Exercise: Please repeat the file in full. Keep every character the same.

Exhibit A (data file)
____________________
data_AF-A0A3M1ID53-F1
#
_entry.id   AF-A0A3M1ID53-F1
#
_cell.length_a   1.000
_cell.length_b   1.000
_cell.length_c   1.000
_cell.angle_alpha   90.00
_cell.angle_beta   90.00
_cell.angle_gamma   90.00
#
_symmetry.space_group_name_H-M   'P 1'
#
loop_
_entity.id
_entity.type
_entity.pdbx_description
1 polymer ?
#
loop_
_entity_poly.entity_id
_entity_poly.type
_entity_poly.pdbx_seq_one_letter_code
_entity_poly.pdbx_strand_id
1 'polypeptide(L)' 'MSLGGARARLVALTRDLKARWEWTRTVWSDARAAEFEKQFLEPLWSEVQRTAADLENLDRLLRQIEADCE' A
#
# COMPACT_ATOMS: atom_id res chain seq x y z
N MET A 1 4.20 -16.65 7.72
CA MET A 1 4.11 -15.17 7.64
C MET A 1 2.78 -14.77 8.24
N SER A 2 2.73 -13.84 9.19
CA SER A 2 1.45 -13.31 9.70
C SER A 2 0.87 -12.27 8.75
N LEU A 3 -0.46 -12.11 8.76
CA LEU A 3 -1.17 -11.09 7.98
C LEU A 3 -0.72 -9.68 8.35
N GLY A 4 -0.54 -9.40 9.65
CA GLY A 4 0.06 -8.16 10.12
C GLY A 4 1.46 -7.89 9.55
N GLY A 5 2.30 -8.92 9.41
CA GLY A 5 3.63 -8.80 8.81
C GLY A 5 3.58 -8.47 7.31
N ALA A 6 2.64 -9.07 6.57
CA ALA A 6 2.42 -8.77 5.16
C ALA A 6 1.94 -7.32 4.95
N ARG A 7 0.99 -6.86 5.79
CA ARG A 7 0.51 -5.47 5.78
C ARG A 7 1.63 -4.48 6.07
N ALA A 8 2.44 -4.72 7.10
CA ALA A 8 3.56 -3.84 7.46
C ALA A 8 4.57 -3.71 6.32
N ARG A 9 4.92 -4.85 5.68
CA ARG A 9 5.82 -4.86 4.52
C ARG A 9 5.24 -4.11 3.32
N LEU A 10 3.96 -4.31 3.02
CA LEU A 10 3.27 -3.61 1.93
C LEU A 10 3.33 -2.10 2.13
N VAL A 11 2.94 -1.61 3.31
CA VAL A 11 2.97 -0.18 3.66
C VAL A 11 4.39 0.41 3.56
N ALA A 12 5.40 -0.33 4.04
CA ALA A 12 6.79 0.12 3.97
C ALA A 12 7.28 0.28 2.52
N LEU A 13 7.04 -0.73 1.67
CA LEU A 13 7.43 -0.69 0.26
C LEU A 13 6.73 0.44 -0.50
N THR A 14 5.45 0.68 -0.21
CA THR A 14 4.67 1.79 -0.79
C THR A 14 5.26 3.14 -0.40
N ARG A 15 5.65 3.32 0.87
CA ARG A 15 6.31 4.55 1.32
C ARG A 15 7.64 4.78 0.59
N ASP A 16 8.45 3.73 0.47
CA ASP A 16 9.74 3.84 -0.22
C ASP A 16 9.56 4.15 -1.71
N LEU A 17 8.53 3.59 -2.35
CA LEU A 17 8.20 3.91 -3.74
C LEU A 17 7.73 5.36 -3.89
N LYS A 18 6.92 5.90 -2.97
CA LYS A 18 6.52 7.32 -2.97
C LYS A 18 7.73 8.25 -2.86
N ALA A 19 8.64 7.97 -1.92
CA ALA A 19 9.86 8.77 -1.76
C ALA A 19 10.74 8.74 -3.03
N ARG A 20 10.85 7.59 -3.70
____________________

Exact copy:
data_AF-A0A3M1ID53-F1
#
_entry.id   AF-A0A3M1ID53-F1
#
_cell.length_a   1.000
_cell.length_b   1.000
_cell.length_c   1.000
_cell.angle_alpha   90.00
_cell.angle_beta   90.00
_cell.angle_gamma   90.00
#
_symmetry.space_group_name_H-M   'P 1'
#
loop_
_entity.id
_entity.type
_entity.pdbx_description
1 polymer ?
#
loop_
_entity_poly.entity_id
_entity_poly.type
_entity_poly.pdbx_seq_one_letter_code
_entity_poly.pdbx_strand_id
1 'polypeptide(L)' 'MSLGGARARLVALTRDLKARWEWTRTVWSDARAAEFEKQFLEPLWSEVQRTAADLENLDRLLRQIEADCE' A
#
# COMPACT_ATOMS: atom_id res chain seq x y z
N MET A 1 4.20 -16.65 7.72
CA MET A 1 4.11 -15.17 7.64
C MET A 1 2.78 -14.77 8.24
N SER A 2 2.73 -13.84 9.19
CA SER A 2 1.45 -13.31 9.70
C SER A 2 0.87 -12.27 8.75
N LEU A 3 -0.46 -12.11 8.76
CA LEU A 3 -1.17 -11.09 7.98
C LEU A 3 -0.72 -9.68 8.35
N GLY A 4 -0.54 -9.40 9.65
CA GLY A 4 0.06 -8.16 10.12
C GLY A 4 1.46 -7.89 9.55
N GLY A 5 2.30 -8.92 9.41
CA GLY A 5 3.63 -8.80 8.81
C GLY A 5 3.58 -8.47 7.31
N ALA A 6 2.64 -9.07 6.57
CA ALA A 6 2.42 -8.77 5.16
C ALA A 6 1.94 -7.32 4.95
N ARG A 7 0.99 -6.86 5.79
CA ARG A 7 0.51 -5.47 5.78
C ARG A 7 1.63 -4.48 6.07
N ALA A 8 2.44 -4.72 7.10
CA ALA A 8 3.56 -3.84 7.46
C ALA A 8 4.57 -3.71 6.32
N ARG A 9 4.92 -4.85 5.68
CA ARG A 9 5.82 -4.86 4.52
C ARG A 9 5.24 -4.11 3.32
N LEU A 10 3.96 -4.31 3.02
CA LEU A 10 3.27 -3.61 1.93
C LEU A 10 3.33 -2.10 2.13
N VAL A 11 2.94 -1.61 3.31
CA VAL A 11 2.97 -0.18 3.66
C VAL A 11 4.39 0.41 3.56
N ALA A 12 5.40 -0.33 4.04
CA ALA A 12 6.79 0.12 3.97
C ALA A 12 7.28 0.28 2.52
N LEU A 13 7.04 -0.73 1.67
CA LEU A 13 7.43 -0.69 0.26
C LEU A 13 6.73 0.44 -0.50
N THR A 14 5.45 0.68 -0.21
CA THR A 14 4.67 1.79 -0.79
C THR A 14 5.26 3.14 -0.40
N ARG A 15 5.65 3.32 0.87
CA ARG A 15 6.31 4.55 1.32
C ARG A 15 7.64 4.78 0.59
N ASP A 16 8.45 3.73 0.47
CA ASP A 16 9.74 3.84 -0.22
C ASP A 16 9.56 4.15 -1.71
N LEU A 17 8.53 3.59 -2.35
CA LEU A 17 8.20 3.91 -3.74
C LEU A 17 7.73 5.36 -3.89
N LYS A 18 6.92 5.90 -2.97
CA LYS A 18 6.52 7.32 -2.97
C LYS A 18 7.73 8.25 -2.86
N ALA A 19 8.64 7.97 -1.92
CA ALA A 19 9.86 8.77 -1.76
C ALA A 19 10.74 8.74 -3.03
N ARG A 20 10.85 7.59 -3.70